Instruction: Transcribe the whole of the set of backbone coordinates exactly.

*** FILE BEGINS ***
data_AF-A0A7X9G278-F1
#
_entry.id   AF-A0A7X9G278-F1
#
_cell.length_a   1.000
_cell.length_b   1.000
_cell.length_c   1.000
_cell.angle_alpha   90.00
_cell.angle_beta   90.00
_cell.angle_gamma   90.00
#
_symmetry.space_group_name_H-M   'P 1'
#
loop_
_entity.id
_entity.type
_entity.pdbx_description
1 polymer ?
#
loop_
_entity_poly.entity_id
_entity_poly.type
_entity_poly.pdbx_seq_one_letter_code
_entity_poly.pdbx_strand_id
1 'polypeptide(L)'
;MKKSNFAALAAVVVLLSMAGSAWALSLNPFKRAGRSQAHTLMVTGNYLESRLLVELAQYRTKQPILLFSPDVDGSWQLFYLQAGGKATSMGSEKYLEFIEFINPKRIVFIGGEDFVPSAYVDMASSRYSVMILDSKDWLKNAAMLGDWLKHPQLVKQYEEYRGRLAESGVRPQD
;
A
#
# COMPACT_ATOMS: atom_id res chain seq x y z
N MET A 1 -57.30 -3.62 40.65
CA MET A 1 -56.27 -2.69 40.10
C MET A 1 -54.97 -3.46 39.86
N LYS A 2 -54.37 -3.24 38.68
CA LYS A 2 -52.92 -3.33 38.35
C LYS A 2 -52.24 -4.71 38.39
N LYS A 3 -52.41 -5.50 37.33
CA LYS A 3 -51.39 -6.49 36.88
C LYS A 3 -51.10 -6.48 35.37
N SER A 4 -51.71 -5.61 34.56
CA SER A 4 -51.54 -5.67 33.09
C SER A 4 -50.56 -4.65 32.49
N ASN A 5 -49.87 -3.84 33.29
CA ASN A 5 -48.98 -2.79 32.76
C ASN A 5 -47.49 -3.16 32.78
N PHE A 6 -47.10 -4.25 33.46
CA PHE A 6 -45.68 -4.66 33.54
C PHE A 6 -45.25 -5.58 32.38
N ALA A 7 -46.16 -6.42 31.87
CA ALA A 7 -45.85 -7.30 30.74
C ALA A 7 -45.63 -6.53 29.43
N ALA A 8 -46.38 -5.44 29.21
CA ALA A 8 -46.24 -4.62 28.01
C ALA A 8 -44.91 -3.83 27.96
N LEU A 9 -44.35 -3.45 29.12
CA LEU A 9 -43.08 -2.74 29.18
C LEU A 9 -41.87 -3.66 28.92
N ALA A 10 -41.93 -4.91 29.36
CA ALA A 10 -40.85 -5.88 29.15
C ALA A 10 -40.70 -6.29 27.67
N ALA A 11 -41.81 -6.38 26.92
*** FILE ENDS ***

data_AF-A0A7X9G278-F1
#
_entry.id   AF-A0A7X9G278-F1
#
_cell.length_a   1.000
_cell.length_b   1.000
_cell.length_c   1.000
_cell.angle_alpha   90.00
_cell.angle_beta   90.00
_cell.angle_gamma   90.00
#
_symmetry.space_group_name_H-M   'P 1'
#
loop_
_entity.id
_entity.type
_entity.pdbx_description
1 polymer ?
#
loop_
_entity_poly.entity_id
_entity_poly.type
_entity_poly.pdbx_seq_one_letter_code
_entity_poly.pdbx_strand_id
1 'polypeptide(L)'
;MKKSNFAALAAVVVLLSMAGSAWALSLNPFKRAGRSQAHTLMVTGNYLESRLLVELAQYRTKQPILLFSPDVDGSWQLFYLQAGGKATSMGSEKYLEFIEFINPKRIVFIGGEDFVPSAYVDMASSRYSVMILDSKDWLKNAAMLGDWLKHPQLVKQYEEYRGRLAESGVRPQD
;
A
#
# COMPACT_ATOMS: atom_id res chain seq x y z
N MET A 1 -57.30 -3.62 40.65
CA MET A 1 -56.27 -2.69 40.10
C MET A 1 -54.97 -3.46 39.86
N LYS A 2 -54.37 -3.24 38.68
CA LYS A 2 -52.92 -3.33 38.35
C LYS A 2 -52.24 -4.71 38.39
N LYS A 3 -52.41 -5.50 37.33
CA LYS A 3 -51.39 -6.49 36.88
C LYS A 3 -51.10 -6.48 35.37
N SER A 4 -51.71 -5.61 34.56
CA SER A 4 -51.54 -5.67 33.09
C SER A 4 -50.56 -4.65 32.49
N ASN A 5 -49.87 -3.84 33.29
CA ASN A 5 -48.98 -2.79 32.76
C ASN A 5 -47.49 -3.16 32.78
N PHE A 6 -47.10 -4.25 33.46
CA PHE A 6 -45.68 -4.66 33.54
C PHE A 6 -45.25 -5.58 32.38
N ALA A 7 -46.16 -6.42 31.87
CA ALA A 7 -45.85 -7.30 30.74
C ALA A 7 -45.63 -6.53 29.43
N ALA A 8 -46.38 -5.44 29.21
CA ALA A 8 -46.24 -4.62 28.01
C ALA A 8 -44.91 -3.83 27.96
N LEU A 9 -44.35 -3.45 29.12
CA LEU A 9 -43.08 -2.74 29.18
C LEU A 9 -41.87 -3.66 28.92
N ALA A 10 -41.93 -4.91 29.36
CA ALA A 10 -40.85 -5.88 29.15
C ALA A 10 -40.70 -6.29 27.67
N ALA A 11 -41.81 -6.38 26.92